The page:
THE son of Sophie Toscan du Plantier has broken his silence and opened up about her tragic murder in a tell-all Netflix documentary.
Pierre-Louis Baudey, whose mother was horrifically beaten to death whilst holidaying in West Cork, Ireland, in 1996, has at last told his story.
Speaking to The Independent, Pierre-Louis, 40, told of how the documentary is just one part of the family's ongoing "fight for justice".
"We will never stop the fight for justice, we can't," the father-of-two said, explaining that said-to-be killer Ian Bailey was wrongly "living free".
The death of the French documentary marker is at the centre of new Netflix three-part series, which forensically unpicks the case that stunned Ireland.
With the crime having gone unsolved for 25 years, the new show presents mountains of evidence against prime suspect Bailey, a British journalist.
While Bailey was arrested in connection with the murder, and found guilty in France and sentenced to 25 years in prison, he has never faced jail time.
Several failed attempts have been made to extradite Bailey, who maintains his innocence in the case, onto French soil in order to be imprisoned.
While also building public outrage at Bailey's freedom, the documentary aims to celebrate the memory of Sophie, especially from son Pierre-Louis' point of view.
Pierre-Louis, who was 15 when his mother died aged 39, was hesitant at first about making to documentary or writing a book to commemorate her.
But the father-of-two decided otherwise last year in order to celebrate her life as a "arty intellectual" and to remember their "very close" relationship.
Pierre-Louis was staying with his grandparents' in France when he was told his mother had been killed, and found dead near her holiday home.
The mother-of-one had been left tangled in the bushes and bloodied as crime scene photos demonstrated at the time.
Pierre-Louis and his family agreed to the documentary on the premise that the photos of her body would not be shown at any point in the series.
The horrific images were previously shown in the documentary premiere on Sky, to which Pierre-Louis told director Jim Sheridan he would no longer work with him on the project.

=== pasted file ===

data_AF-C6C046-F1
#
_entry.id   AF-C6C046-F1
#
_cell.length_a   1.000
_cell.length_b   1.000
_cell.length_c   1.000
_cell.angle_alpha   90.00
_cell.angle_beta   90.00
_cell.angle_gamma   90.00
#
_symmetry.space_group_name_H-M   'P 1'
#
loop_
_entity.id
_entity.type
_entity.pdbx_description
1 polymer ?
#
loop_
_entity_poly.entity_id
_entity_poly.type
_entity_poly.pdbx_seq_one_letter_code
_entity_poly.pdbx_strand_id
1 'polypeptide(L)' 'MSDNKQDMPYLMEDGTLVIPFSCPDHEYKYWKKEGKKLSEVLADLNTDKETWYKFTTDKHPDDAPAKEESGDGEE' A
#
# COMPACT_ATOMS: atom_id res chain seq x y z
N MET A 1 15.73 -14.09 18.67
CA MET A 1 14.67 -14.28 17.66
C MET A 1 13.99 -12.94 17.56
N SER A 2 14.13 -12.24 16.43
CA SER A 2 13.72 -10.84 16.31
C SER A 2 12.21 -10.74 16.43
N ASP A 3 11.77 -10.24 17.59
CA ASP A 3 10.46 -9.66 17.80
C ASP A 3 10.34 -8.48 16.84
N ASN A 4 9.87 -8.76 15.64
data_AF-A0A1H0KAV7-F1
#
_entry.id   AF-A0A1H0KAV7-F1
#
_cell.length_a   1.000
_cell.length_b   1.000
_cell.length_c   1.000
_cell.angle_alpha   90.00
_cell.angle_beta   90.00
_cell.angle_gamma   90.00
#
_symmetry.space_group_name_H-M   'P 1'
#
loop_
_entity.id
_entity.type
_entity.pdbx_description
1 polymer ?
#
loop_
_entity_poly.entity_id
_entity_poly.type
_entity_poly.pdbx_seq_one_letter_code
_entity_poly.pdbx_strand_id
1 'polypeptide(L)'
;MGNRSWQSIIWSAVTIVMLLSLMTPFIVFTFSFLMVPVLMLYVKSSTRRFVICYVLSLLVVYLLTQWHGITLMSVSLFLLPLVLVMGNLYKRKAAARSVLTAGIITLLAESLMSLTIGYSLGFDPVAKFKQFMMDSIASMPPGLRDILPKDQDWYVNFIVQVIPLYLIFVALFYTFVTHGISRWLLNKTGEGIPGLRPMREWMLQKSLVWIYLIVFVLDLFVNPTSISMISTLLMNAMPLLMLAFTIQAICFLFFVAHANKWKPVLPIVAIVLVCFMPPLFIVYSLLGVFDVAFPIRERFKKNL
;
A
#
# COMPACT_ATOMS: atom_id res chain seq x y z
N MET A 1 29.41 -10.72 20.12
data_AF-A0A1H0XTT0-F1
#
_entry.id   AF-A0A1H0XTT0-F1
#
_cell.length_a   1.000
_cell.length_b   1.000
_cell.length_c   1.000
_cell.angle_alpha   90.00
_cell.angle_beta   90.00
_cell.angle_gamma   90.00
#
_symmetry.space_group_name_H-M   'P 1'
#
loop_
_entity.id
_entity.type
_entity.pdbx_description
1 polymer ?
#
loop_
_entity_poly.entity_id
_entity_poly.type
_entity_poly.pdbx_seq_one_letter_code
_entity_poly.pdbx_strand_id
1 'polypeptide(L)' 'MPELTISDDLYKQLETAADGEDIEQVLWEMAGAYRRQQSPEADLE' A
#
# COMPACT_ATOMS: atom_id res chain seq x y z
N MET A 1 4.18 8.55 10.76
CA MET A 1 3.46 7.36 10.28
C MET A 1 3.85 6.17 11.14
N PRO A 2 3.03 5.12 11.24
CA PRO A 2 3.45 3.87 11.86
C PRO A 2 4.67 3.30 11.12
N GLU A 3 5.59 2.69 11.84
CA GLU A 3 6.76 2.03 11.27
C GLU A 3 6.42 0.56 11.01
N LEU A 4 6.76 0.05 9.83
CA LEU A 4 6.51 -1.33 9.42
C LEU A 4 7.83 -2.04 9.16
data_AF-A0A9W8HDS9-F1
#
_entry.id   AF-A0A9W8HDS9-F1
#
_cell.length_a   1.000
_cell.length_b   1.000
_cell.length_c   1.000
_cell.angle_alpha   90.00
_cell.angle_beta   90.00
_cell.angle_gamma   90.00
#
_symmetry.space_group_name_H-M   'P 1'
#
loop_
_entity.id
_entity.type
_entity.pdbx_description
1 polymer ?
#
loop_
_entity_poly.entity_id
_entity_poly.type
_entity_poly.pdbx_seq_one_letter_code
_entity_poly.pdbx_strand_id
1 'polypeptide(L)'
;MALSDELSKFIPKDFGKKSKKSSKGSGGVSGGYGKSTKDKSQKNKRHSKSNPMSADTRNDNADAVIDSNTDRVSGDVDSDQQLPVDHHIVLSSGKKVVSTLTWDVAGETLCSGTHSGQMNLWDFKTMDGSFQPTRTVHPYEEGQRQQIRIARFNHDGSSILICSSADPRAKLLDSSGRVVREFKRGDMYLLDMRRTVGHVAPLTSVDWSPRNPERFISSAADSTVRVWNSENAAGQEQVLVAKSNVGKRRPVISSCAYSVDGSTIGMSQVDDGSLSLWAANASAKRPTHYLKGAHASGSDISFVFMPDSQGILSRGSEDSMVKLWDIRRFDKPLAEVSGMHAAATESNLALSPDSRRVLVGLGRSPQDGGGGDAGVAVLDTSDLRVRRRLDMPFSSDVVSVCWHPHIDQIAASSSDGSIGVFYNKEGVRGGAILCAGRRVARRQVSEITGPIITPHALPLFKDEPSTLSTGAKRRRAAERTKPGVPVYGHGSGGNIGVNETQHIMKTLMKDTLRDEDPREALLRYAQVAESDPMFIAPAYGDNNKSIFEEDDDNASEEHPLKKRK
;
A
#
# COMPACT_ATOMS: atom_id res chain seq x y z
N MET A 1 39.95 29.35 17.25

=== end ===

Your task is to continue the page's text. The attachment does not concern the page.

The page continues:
On the other hand, Netflix director John Dower – who has also faced distrust from the family – said he has soldiered on with his documentary to tell Sophie's story.
"Sheridan’s film takes the stance that Ian Bailey is a victim of police corruption; we took the view of the family [that he's guilty]," he said.
The Netflix documentary includes new damning evidence, including Bailey's lack of alibi, and being covered in scratches the following day.
The series also details that the journalist had a huge bonfire in his garden in the days after murder, in which police found traces of clothing.
In the documentary, Pierre-Louis details having seen Bailey in the flesh "two of three times" since Sophie's death in "very hard" meetings.
"Bailey may have taken away my mother’s life but he will not take away my freedom to go to Ireland," Pierre-Louis explained of his visits to West Cork.
Pierre-Louis' grandparents also take part in one scene, giving interviews about their ongoing grief that has seen them become "so frail".
"I needed [to do] them," Pierre-Louis said of the interviews. "With your friends and family, it's taboo – you don't go round speaking about the murder of your mother."
Pierre-Louis, who founded The Association for the Truth About Sophie Toscan du Plantier in 2017, has continued to investigate the murder himself.
He concluded that he hopes the release of the documentary will "put pressure on the justice system" in Ireland and "get a reaction".
Sophie: A Murder in West Cork premieres on Netflix on 30 June.
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